Delivery of synthetic siRNA or vector-based siRNA expression systems to target cells can reverse the expression and function of the gene under consideration. In recent years, siRNA technique has been widely used as one of the most powerful tools for investigation of protein functions in mammalian cells . Although P815 cell is a mouse mastocytoma cell line, rather than primary mast cells, it has been shown to express PAR-1, PAR-2, PAR-3 and PAR-4 genes and proteins. To confirm these findings, we examined the effect of siRNAs on PAR expression in the present study. Our data showed, for the first time, that siRNAs of PAR-1, PAR-2 and PAR-4 are able to reduce PAR-1, PAR-2 and PAR-4 expression to a great extent, indicating these small RNAs disrupt the normal PAR generation process of P815 cells. As for most dsRNAs, siRNAs of PAR-1, PAR-2 and PAR-4 fail to completely block PAR production in P815 cells. Incomplete siRNA-induced gene suppression may result from the presence of a fraction of mRNA in a protected compartment such as spliceosomes, other nuclear locations or non-transfected cells. Another study found that the activity of siRNA in mammalian cells is related to structural target accessibility.
PAR-1, PAR-2 and PAR-4 gene silencing can block IL-12 induced alteration of expression of PAR mRNAs and proteins in P815 cells, confirming that IL-12 is an effective modulator of PAR expression in mast cells. To our knowledge, this is the first work demonstrates the effects of PAR siRNAs on cytokine induced alteration of PAR expression. IL-12 regulates Th1 cell differentiation, while suppressing the expansion of Th2 cell clones. It has been implicated in the pathogenesis of allergy. Since mast cell has long been recognized as the primary effector cell of allergy and upregulation of PAR-2 expression was found in the airways of asthma, we anticipate that IL-12 is likely to be involved in the pathogenesis of asthma through its ability of regulation of PAR expression on mast cells.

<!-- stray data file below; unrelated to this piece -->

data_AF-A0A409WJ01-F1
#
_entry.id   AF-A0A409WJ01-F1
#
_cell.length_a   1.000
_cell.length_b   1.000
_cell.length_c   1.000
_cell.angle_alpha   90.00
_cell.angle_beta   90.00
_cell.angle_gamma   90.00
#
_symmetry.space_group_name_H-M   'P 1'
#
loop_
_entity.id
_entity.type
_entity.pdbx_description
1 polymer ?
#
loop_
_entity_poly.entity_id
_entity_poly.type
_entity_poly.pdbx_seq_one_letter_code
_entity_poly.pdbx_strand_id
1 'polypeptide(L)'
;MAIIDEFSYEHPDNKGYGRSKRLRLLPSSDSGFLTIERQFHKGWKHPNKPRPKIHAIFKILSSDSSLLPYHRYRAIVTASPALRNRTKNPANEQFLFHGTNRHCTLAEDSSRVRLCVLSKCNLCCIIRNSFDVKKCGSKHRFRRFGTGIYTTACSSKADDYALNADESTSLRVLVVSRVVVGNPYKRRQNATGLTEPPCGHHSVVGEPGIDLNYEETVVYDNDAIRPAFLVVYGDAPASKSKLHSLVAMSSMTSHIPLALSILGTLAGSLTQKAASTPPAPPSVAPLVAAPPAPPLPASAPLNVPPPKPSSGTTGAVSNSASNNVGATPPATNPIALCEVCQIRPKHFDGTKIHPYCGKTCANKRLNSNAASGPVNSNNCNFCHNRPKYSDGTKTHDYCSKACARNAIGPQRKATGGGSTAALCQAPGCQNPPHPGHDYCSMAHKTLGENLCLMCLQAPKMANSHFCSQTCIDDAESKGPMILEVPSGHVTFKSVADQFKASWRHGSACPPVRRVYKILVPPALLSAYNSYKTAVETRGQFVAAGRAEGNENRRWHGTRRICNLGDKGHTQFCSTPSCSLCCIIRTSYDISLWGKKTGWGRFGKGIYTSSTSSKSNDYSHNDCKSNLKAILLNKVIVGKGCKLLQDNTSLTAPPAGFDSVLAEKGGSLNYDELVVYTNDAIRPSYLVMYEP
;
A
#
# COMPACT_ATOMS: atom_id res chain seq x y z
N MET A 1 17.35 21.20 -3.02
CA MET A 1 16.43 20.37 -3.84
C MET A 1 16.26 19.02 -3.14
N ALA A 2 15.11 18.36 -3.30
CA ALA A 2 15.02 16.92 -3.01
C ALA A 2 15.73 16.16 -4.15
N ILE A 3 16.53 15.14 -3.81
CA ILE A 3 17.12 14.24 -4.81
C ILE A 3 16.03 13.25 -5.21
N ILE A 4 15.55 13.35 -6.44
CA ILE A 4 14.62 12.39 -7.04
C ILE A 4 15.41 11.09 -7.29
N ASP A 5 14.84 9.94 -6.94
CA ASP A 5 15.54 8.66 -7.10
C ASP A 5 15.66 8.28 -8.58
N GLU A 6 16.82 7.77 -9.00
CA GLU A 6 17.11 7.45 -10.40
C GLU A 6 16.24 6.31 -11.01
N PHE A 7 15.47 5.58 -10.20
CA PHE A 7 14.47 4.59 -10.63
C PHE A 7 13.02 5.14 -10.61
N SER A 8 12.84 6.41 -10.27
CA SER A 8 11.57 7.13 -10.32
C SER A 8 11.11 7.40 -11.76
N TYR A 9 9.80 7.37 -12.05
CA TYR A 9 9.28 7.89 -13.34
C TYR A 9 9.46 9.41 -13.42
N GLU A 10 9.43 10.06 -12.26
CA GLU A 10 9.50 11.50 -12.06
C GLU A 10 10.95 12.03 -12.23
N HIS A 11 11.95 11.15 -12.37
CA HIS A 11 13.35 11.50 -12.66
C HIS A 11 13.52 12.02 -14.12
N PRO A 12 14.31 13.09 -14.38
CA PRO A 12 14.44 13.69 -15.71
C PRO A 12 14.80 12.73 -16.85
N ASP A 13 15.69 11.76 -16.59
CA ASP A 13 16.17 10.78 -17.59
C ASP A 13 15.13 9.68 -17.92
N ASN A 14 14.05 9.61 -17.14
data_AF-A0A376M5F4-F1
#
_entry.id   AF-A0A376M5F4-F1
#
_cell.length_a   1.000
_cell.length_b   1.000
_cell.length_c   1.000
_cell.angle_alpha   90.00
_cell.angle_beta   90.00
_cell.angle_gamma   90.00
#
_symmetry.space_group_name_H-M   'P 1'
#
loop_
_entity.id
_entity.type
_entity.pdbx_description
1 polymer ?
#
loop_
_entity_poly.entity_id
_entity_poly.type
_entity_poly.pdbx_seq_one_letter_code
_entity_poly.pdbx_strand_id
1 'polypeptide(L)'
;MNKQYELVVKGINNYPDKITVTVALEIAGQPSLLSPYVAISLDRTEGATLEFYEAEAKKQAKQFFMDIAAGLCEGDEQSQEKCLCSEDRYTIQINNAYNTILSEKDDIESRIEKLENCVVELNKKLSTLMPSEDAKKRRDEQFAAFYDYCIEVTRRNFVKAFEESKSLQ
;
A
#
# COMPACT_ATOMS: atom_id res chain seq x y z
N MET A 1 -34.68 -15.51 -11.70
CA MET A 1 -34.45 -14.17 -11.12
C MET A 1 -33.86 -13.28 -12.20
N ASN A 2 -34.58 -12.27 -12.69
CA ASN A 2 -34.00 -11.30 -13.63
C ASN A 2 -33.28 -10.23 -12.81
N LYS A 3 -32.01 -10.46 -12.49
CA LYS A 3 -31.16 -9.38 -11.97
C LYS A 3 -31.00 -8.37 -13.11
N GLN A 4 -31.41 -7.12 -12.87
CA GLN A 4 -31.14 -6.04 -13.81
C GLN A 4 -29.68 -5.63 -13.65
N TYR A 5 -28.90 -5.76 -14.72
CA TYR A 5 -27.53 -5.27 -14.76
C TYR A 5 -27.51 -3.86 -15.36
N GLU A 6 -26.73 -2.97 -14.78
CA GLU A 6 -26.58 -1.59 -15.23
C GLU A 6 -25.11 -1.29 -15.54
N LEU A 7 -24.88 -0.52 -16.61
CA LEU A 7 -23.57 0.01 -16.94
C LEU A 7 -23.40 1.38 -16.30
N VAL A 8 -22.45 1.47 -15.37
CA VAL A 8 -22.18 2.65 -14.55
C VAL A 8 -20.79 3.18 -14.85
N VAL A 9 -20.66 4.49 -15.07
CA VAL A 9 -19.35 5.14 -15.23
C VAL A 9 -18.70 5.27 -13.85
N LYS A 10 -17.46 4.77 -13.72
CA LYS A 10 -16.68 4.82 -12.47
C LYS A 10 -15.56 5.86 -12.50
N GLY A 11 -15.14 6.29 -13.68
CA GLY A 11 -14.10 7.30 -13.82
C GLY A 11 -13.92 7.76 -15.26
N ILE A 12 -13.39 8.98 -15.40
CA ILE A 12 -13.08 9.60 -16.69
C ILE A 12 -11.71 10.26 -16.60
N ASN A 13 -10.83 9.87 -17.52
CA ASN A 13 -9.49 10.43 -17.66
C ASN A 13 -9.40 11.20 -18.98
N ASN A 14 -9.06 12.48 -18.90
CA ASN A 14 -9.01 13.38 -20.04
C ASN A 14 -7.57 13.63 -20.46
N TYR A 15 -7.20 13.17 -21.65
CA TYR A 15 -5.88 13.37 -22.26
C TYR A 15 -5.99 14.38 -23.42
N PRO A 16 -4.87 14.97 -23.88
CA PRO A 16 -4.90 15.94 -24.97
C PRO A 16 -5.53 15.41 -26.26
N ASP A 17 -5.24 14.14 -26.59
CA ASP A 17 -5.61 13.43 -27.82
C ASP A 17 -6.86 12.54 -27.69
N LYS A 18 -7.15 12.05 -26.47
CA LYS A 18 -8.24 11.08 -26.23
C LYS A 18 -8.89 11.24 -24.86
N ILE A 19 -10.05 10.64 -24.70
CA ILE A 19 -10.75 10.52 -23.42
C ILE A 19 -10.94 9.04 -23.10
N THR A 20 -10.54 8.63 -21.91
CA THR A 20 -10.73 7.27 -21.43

We have previously showed that tryptase and trypsin can induce IL-4 release from P815 cells via a PAR-2 dependent mechanism. Using siRNA technique in the present study, it is confirmed that trypsin provoked IL-4 release is mainly through PAR-2 and partially via PAR-1 related mechanisms, whereas tryptase elicited IL-4 release is dependent on activation of PAR-2. In contrast, tryptase induced IL-6 release is independent on the activation of PARs as siRNAs of PAR-1, PAR-2 and PAR-4 did not show any influence on the event. Since tryptase is a unique secretory product of mast cells and IL-4 is a classic Th2 cytokine which is actively involved in the pathogenesis of allergic reactions, induction of IL-4 release from mast cells by tryptase may suggest a self-amplification mechanism of allergic reactions. Inhibition of PAR dependent cytokine release by siRNAs of PARs has been reported before. Thus, thrombin induced IL-8 and VEGF release from prostate cancer cells and IL-6 production from synovial fibroblasts was blocked by siRNA of PAR-1, trypsin induced IL-8 production from human gastric epithelial cells (MKN45 cells) was inhibited by siRNA of PAR-2. PAR independent release of IL-6 from P815 cells induced by tryptase was unexpected. However, a study demonstrated that beta-tryptase regulates IL-8 expression in airway smooth muscle cells by a PAR-2-independent mechanism may help to explain our above observation.